by Paul Auster
Henry Holt, $26
What is it about?
An unconventional look at the author's own life, presented in fragments, lists and scattered memories. The book is written in the second person, as if spoken out loud by an aging man contemplating himself in the bathroom mirror.
Why are we talking about it?
Any new book from Auster is an event, though recent titles have met with very mixed critical receptions. This one, however, is seen by many as a return to form, without being as obtuse as some of his other work.
Who wrote it?
Paul Auster has won almost every international literary prize going. His New York Trilogy remains a cult favorite, and he is consistently included in lists of the greatest living writers in America.
Who will read it?
Auster fans; people of his generation dealing with their own mortality and aging; people who have always wanted to read Auster but have found his work somewhat inaccessible.
What do the reviewers say?
Sydney Morning Herald: "It's his hard honesty and refusal to look away from the ugly and frightening that makes 'Winter Journal' such a powerful, and sometimes quite beautiful, book."
Boston Globe: "'Winter Journal' is a mesmerizing meditation."
Washington Post: "Auster is best when he steps outside himself and observes the world around him. He has a good eye, a long memory and an elegant way with words, and these skills, without all the gimmicks, often combine to produce memorable results."
The Guardian: "'Winter Journal' is a terrible book – the kind of self-indulgent, ill-conceived, and poorly-edited disaster that makes you doubt whether or not you could truly have liked the works that preceded it."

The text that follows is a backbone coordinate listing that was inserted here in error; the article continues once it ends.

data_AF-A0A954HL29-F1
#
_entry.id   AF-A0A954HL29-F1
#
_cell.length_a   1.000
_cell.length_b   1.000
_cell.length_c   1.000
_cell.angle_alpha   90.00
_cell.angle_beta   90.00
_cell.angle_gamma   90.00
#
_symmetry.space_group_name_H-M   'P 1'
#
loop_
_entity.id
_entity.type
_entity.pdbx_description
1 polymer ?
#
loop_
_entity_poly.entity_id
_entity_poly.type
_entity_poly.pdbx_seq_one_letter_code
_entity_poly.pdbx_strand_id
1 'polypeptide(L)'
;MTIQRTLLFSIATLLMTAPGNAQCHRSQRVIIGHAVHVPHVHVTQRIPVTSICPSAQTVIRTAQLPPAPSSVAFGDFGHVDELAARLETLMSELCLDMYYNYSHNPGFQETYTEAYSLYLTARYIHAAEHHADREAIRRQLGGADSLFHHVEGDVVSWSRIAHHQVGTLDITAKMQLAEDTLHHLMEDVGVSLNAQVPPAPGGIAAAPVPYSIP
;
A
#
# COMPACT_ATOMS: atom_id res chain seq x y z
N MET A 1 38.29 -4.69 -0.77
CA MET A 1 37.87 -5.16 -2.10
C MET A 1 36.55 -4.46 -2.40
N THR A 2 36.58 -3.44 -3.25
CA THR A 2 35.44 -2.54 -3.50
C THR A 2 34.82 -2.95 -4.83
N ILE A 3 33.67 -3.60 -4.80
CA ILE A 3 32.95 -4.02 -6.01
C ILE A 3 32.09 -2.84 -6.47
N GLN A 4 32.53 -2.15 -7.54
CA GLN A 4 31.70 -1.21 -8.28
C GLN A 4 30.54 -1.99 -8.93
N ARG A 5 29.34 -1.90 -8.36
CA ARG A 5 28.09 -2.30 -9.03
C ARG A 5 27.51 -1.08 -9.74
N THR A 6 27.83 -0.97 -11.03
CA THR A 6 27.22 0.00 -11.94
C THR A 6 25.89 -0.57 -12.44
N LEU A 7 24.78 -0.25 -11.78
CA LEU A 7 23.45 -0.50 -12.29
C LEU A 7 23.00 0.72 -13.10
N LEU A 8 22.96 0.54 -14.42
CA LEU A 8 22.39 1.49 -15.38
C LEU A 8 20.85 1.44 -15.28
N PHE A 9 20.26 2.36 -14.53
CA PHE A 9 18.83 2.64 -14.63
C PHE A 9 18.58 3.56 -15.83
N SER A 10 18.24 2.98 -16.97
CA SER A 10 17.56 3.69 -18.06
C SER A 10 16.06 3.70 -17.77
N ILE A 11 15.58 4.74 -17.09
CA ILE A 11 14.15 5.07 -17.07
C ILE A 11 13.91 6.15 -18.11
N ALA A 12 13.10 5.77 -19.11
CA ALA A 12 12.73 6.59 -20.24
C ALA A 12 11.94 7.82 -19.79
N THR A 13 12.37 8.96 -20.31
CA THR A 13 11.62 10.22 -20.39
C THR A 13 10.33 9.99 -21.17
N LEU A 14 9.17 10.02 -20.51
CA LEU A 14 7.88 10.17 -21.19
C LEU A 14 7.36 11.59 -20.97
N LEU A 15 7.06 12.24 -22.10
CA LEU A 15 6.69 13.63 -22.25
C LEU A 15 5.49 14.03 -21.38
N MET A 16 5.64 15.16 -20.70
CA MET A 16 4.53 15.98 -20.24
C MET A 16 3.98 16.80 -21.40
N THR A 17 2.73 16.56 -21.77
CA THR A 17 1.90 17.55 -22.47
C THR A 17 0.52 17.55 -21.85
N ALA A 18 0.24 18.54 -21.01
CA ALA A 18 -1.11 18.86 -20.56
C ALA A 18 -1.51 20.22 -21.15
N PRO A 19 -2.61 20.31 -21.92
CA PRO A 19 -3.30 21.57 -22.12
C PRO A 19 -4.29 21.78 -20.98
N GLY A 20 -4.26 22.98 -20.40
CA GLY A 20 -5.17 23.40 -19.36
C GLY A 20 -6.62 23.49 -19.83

Impress your friends:
Auster handwrites all his stories, then types them out on his Olympia typewriter, a machine to which he is so devoted he once wrote a book about it.
You think it will never happen to you, that it cannot happen to you, that you are the only person in the world to whom none of these things will ever happen, and then, one by one, they all begin to happen to you, in the same way they happen everyone else.
You mustn't neglect to mention that you nearly choked to death on a fish bone in 1971 or that you narrowly escaped killing yourself in a dark hallway one night in 2006 when you smashed your forehead into a low door frame, stumbled backward, and then, trying to regain your balance, pitched forward, snagged your foot on the sill, and went flying face-first onto the floor of the apartment you had entered, the top of your head landing within inches of a thick table leg. Every day, in every country around the world, people die from falls like that one.